I don’t know about you, but during the winter months I always look forward to enjoying a meal that makes you think it isn’t winter. And I can think of only one way that can happen, making a dish using some fruit or veggie that has been stored or preserved to keep its fresh and delicious goodness. Winter squash is a veggie (techincally a fruit, but we won’t go there right now) that warms up the kitchen, saturates the air with a sweet rich aroma, and satisfies the craving for a healthy, fresh-from-the-farm meal. Winter squash is considered a starchy food, but it is also very high in sugars and over time the starches will convert themselves to sugars, making the squash that much sweeter. How sweet is that?! They are called winter squash for the shere fact that, if stored properly, they can keep through the winter months until you are ready to eat them.Storing Squash
To store winter squash I first suggest you buy squash at the peak of the season, which is about the end of September, just before the first frost here in Newaygo. At the peak you will be able to get the highest quality squash – fully mature and if any squash had been bruised or cut, signs of imperfections would be highly visible by now.
Spreading the squash out in a dark room with a regulated temperature of about 50°F, will keep those babies in good condition through the winter months. Keep an eye on them, if their is a bad spot coming decide on a squash meal that week… just cut away the bad spot and roast in the oven or peel the skin off and cook on the stove top like you would for mashed potatoes.Top 5 Winter Squash
Butternut are one of the most sought after squash. They have smooth tan skin (tanner the skin, the better tasting it will be!) and resemble the shape of a peanut. The name butternut refers to its moist, buttery flesh that has a slight nuttyness. Butternut bruise easily so if you decide to try to keep these over the winter you need to be as gentle as possible.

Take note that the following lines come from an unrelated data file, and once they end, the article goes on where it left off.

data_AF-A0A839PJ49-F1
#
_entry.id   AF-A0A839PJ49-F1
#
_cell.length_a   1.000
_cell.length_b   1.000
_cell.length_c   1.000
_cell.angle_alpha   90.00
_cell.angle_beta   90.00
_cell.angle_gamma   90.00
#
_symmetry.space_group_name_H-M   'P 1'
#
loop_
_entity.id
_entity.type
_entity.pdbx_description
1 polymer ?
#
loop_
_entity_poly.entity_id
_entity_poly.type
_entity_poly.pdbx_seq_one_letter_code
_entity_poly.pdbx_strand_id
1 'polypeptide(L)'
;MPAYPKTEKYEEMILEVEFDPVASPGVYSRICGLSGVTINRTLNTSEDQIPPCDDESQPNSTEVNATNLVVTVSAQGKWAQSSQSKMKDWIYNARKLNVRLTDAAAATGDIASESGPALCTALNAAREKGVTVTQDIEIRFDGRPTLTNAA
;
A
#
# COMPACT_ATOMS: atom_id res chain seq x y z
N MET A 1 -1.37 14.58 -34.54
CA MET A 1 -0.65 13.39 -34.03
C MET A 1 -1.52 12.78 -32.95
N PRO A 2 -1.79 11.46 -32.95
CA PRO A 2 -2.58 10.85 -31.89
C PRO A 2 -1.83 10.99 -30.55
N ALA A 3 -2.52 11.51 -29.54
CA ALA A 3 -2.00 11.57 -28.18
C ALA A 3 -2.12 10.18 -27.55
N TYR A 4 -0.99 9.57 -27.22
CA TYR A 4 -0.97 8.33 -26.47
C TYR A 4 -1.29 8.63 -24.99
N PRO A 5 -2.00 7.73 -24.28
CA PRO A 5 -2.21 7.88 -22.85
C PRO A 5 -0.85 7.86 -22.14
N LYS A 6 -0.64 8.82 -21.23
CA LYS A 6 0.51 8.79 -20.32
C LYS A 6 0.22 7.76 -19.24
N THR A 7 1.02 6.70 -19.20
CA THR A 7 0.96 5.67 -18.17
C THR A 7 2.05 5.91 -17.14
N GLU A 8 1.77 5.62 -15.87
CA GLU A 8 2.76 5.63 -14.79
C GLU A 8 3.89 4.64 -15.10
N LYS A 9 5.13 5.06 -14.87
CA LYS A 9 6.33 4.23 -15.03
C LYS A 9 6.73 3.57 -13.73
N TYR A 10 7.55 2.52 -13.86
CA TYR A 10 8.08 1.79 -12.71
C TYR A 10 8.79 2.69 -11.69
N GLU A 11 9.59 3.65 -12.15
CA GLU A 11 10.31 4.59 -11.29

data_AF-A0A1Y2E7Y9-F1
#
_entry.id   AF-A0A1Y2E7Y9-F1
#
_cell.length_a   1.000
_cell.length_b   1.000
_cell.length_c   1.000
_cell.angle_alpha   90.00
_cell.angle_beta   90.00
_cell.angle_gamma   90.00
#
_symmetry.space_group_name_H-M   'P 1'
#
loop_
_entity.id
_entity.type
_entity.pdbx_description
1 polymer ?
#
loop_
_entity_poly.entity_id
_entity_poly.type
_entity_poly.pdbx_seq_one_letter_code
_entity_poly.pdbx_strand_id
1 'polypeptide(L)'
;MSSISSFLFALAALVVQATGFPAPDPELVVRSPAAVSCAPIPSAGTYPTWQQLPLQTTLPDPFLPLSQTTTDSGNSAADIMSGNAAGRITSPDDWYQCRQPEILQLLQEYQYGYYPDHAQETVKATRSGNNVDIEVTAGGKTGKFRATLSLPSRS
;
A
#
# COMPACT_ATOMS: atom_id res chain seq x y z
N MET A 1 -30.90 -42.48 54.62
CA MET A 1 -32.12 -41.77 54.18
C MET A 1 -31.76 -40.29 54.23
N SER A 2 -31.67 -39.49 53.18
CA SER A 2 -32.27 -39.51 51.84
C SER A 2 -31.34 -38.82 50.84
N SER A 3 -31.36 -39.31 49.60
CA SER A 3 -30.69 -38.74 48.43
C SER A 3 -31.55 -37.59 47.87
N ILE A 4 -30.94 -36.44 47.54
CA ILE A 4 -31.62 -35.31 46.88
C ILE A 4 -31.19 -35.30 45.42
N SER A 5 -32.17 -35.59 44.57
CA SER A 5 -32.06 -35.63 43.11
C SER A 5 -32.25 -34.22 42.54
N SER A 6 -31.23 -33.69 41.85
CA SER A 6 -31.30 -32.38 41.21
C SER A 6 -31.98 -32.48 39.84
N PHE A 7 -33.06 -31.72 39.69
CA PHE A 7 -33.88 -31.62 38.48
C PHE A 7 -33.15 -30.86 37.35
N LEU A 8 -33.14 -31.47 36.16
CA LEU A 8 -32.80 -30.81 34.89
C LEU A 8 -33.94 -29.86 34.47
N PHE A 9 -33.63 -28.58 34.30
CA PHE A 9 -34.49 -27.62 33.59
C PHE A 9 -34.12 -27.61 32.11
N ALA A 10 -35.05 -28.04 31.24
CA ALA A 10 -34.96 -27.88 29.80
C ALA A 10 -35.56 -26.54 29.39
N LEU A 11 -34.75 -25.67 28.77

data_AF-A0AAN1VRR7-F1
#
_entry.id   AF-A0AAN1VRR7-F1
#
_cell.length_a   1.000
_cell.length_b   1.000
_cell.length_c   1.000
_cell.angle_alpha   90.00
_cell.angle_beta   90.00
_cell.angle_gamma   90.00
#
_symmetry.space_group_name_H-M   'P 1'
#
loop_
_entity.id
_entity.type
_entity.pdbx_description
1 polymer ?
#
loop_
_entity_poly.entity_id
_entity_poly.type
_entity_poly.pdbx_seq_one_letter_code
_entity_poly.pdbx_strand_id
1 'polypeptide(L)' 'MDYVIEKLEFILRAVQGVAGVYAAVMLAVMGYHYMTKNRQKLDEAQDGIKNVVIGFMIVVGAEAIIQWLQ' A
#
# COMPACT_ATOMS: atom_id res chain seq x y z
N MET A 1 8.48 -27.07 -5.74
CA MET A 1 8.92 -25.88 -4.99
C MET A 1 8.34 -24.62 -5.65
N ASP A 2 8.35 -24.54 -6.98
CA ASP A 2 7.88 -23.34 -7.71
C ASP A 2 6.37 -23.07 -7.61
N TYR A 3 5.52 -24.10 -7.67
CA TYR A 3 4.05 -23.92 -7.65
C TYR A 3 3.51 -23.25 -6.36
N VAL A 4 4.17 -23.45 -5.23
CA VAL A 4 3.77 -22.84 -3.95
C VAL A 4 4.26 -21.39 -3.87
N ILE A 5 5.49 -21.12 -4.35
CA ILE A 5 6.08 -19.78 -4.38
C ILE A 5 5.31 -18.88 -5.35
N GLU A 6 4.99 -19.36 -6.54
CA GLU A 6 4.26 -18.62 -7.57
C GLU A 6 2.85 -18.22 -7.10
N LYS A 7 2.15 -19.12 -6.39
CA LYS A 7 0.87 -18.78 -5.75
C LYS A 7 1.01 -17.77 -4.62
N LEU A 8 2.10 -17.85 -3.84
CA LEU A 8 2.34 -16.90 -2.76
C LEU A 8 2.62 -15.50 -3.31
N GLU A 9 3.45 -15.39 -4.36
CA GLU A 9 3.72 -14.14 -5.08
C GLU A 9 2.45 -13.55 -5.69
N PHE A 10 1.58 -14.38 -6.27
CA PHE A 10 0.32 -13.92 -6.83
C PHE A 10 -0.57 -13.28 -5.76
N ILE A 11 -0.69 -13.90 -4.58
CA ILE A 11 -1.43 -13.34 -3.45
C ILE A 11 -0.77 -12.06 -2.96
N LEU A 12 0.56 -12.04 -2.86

Acorn are probably the most well-known squash out there. Although they have a dark green skin, unlike an actual acorn oak nut, the shape does resemble that of an acorn. The yellow flesh is moist and a bit stringy with a deep nutty flavor. Acorn keep well into the winter. Look for acorn that have a bright orange patch. This orange patch is a sign that the acorn was well-matured when picked off the vine and will have the best chance to store for a long period.
Buttercup probably have the richest flavor of any squash, very similar to a sweet potato, but much drier with a definite squashy squash flavor. The buttercup is so-called because it has a cup-shaped button on the bottom; something like an upside-down bowl attached to an upside-down tea-cup. Buttercup do not store as well as other winter squash, but they can keep into January.
Spaghetti squash are yellow skinned and oval in shape. They have a very stringy flesh, reminiscent of, yes, you guessed it, spaghetti noodles. The flavor is very subtle (like pasta is) so it works well in place of many pasta dishes. Spaghetti squash are the first winter squash we pick and because that is the case, they almost never keep through the month of November.
Last but not least are Heart of Gold. Pretty name, no? It is my favorite squash because of many reasons, but mostly because of its unique flavor and sweetness. It is a type of acorn squash and that is evident by its shape. The skin is mostly white with dark green striping, which resembles its other parent, the sweet dumpling squash. It is a good keeper, similar to acorn.
TIP: A very simple way to prepare winter squash is to cut them in half, scoop out the seeds, lay flesh side down on a foiled cookie sheet, and bake at 375° for an hour and a half.